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October Term, 2011

April 17, 2012

Today the Supreme Court issued one decision, described below, of interest to the business community.

Hatch-Waxman Act—Counterclaims

Caraco Pharmaceutical Laboratories, Ltd. v. Novo Nordisk A/S, No. 10-844 (previously discussed in the June 27, 2011 Docket Report).

The FDA is authorized to approve generic drugs only if they do not infringe the patent of a brand manufacturer. For drugs that are covered by unexpired patents, the Hatch-Waxman Amendments permit generic manufacturers to show that a proposed generic drug will not infringe the patent. One method of doing that, a “section viii statement,” asserts that the generic drug will be marketed only for uses that the patent does not cover. In evaluating section viii statements, the FDA relies on “use codes” submitted by the patent holder. Today, in Caraco Pharmaceutical Laboratories, Ltd. v. Novo Nordisk A/S, No. 10-844, the Supreme Court held that a generic manufacturer may file a statutory counterclaim to force a patent holder to correct use codes that inaccurately describe the patent as covering a particular use.

The FDA approved three uses of the diabetes drug repaglinide. Novo Nordisk, a respondent in the Supreme Court, held a patent, since expired, on the repaglinide chemical compound. It still holds a method-of-use patent on one of the three approved uses. Caraco, a petitioner in the Supreme Court, filed a “paragraph IV certification,” another method of showing non-infringement under the Hatch-Waxman Amendments, which asserted that the patent was invalid or will not be infringed. Caraco later submitted a section viii statement, together with a proposed label that carved out the use described in the patent. Novo Nordisk then amended its use code to cover the other FDA-approved uses, leading the FDA to deny Caraco’s application.

Novo Nordisk had also responded to the paragraph IV certification, which is an act of constructive patent infringement, by filing an infringement suit. Following the use-code amendment, Caraco counterclaimed under 21 U.S.C. § 355(j)(5)(C)(ii)(I) to force Novo Nordisk to correct the use codes, which Caraco argued were not claimed by the patent. That statutory provision states that a generic manufacturer “may assert a counterclaim seeking an order requiring the [brand manufacturer] to correct or delete the patent information [it] submitted . . . under [two statutory subsections] on the ground that the patent does not claim . . . an approved method of using the drug.”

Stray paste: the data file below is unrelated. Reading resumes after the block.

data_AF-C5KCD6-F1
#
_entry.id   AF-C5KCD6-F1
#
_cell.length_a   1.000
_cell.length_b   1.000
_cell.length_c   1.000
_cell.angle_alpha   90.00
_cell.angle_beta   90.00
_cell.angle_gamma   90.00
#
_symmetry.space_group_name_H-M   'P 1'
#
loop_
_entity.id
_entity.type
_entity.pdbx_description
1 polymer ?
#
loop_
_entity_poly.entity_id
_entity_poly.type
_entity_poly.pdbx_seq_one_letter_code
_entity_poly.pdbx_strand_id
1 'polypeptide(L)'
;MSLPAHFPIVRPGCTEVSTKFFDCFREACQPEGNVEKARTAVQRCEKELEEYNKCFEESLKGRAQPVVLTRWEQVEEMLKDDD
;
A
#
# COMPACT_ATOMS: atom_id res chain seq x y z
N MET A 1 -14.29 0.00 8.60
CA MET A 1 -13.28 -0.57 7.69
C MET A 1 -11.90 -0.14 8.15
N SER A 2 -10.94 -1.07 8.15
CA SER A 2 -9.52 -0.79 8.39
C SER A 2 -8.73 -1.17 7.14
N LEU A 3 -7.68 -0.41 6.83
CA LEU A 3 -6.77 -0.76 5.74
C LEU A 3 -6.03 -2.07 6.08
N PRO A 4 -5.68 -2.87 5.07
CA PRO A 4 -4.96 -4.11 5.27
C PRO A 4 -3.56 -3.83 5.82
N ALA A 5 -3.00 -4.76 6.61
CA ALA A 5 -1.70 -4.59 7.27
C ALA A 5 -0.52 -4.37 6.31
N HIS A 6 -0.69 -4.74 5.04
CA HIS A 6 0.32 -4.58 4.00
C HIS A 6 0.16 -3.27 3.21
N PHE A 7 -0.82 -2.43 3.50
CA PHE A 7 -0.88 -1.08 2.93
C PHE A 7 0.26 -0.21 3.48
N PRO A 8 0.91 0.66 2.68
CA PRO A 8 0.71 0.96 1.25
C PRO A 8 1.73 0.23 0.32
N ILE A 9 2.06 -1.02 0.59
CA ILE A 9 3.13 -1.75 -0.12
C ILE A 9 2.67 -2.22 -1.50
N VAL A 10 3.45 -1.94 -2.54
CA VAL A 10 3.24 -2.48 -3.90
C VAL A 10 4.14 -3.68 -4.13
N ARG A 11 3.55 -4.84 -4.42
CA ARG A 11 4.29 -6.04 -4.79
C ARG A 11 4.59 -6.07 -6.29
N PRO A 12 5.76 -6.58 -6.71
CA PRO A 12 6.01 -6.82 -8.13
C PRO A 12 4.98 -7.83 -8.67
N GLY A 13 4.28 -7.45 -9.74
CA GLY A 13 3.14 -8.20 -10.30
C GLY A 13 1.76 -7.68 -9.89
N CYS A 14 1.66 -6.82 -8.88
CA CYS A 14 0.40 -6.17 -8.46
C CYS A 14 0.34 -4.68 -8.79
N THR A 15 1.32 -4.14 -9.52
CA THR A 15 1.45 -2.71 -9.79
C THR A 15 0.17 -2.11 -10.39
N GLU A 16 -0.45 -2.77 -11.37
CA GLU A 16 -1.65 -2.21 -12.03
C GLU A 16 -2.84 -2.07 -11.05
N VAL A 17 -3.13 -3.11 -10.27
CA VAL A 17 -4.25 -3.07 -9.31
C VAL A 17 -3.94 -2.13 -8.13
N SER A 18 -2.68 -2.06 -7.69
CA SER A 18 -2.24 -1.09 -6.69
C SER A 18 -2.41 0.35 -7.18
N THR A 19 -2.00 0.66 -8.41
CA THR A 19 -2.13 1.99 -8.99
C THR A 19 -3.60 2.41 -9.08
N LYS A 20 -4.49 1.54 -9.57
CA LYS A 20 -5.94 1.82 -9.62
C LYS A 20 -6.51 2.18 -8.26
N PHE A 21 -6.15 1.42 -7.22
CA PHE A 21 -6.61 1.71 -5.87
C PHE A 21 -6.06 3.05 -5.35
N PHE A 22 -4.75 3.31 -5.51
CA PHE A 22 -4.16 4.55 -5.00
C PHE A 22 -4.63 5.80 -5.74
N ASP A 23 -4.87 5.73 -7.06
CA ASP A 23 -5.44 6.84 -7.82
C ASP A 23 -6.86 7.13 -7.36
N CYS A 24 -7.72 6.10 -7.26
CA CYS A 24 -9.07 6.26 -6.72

The district court granted summary judgment to Caraco and issued an injunction requiring Novo Nordisk to correct the codes. A divided panel of the Federal Circuit reversed, on two alternative grounds. It held that the statutory counterclaim is available only when the patent does not claim any FDA-approved method of use, not when it merely does not cover a particular use, and that the counterclaim provision in any event does not reach use codes, because they are not “patent information” submitted under the relevant statutory subsections.

In an opinion by Justice Kagan, the Supreme Court unanimously reversed. The Court first rejected Novo Nordisk’s contention that “not . . . an” in the statute means “not any.” It agreed with Caraco that the phrase instead means “not a particular one,” such that the statute permits a counterclaim whenever the patent does not claim a method of use for which the generic manufacturer seeks to market the drug. The Court also rejected Novo Nordisk’s contention that a counterclaim is not a proper mechanism for forcing correction of use codes because they are not “patent information” that is “submitted . . . under” the relevant statutory subsections. The Court agreed with Caraco that a use code satisfies the ordinary meaning of “patent information” and that “submitted under” should be read broadly to cover filings required, not only by the statutory subsections themselves, but also by their implementing regulations.

Justice Sotomayor wrote a concurring opinion, which highlighted the inefficiencies in the statutory scheme for correcting use codes through litigation and urged the FDA to clarify what is expected of brand manufacturers submitting the codes.

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